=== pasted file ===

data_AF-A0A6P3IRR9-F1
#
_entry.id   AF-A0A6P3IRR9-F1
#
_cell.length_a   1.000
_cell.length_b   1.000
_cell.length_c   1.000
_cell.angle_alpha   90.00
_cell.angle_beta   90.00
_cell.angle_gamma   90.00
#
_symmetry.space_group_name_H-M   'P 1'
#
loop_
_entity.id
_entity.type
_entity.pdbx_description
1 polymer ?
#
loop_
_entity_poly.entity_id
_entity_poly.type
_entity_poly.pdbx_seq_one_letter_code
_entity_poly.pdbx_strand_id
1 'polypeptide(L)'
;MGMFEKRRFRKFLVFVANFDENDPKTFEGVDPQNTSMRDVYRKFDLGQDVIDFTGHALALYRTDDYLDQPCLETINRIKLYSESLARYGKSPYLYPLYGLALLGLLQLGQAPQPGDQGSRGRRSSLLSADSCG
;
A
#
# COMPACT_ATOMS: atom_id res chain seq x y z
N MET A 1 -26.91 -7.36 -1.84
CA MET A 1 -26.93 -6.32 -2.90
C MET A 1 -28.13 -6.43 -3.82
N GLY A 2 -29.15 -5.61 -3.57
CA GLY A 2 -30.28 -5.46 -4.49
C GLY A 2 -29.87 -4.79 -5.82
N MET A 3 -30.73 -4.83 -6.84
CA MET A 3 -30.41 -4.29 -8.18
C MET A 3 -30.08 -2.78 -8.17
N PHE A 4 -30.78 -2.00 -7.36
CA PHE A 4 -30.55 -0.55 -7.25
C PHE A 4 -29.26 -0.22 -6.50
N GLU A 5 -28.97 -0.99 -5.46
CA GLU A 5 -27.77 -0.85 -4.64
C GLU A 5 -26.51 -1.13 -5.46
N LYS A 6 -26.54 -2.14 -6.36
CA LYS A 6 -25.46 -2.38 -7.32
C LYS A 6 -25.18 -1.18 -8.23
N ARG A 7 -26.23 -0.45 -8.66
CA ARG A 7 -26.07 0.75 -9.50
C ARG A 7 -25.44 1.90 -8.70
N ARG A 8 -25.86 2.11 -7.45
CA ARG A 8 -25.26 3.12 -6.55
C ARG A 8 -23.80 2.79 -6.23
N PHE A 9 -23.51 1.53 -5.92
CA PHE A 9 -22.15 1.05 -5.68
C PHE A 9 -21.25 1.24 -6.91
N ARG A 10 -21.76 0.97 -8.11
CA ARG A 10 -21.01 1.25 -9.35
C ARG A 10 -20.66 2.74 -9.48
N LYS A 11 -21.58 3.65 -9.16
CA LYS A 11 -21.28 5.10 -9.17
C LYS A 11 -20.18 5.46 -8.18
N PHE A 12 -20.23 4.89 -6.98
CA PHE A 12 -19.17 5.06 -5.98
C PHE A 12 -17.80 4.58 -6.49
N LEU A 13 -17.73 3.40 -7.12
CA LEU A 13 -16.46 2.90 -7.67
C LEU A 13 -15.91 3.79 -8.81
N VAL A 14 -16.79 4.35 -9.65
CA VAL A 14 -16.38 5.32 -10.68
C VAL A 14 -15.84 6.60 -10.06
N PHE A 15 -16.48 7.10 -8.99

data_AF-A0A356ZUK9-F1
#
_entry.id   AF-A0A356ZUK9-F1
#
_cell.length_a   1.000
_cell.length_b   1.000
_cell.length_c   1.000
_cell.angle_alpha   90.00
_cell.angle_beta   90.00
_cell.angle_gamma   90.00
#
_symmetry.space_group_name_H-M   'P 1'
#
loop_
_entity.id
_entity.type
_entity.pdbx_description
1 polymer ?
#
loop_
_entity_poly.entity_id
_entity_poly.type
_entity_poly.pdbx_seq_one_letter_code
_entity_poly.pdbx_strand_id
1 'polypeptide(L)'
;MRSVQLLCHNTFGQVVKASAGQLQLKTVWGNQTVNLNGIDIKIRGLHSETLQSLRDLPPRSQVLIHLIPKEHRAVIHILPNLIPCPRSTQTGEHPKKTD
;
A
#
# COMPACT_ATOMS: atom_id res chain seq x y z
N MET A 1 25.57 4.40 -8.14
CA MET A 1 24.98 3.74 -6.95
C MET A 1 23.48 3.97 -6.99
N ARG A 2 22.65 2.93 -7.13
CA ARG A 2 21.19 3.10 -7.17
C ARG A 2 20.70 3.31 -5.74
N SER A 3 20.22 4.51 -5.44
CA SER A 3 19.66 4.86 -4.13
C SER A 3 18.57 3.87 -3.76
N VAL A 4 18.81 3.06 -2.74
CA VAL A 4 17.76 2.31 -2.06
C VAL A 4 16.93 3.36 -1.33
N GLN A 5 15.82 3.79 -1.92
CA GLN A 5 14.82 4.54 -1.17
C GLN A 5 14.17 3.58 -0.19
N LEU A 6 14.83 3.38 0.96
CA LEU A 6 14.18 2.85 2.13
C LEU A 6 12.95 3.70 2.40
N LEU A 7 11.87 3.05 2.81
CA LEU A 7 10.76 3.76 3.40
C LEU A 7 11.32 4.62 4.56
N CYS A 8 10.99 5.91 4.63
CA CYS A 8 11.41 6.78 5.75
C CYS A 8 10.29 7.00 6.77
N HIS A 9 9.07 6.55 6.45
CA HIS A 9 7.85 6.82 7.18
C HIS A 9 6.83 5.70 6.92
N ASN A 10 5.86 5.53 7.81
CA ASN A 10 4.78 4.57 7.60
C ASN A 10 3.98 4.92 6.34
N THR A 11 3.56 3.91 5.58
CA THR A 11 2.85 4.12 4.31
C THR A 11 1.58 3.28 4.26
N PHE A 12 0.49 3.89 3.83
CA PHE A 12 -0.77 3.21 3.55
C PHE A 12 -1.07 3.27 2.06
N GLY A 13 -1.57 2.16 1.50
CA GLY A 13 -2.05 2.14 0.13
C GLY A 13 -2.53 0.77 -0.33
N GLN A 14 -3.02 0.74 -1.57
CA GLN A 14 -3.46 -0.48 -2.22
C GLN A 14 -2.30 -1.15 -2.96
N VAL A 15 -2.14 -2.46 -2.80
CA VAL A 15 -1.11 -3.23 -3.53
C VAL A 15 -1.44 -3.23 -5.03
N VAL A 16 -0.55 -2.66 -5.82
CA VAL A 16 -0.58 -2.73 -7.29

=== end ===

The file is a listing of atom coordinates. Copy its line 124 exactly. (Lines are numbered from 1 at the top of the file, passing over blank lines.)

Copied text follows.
C LEU A 7 11.32 4.62 4.56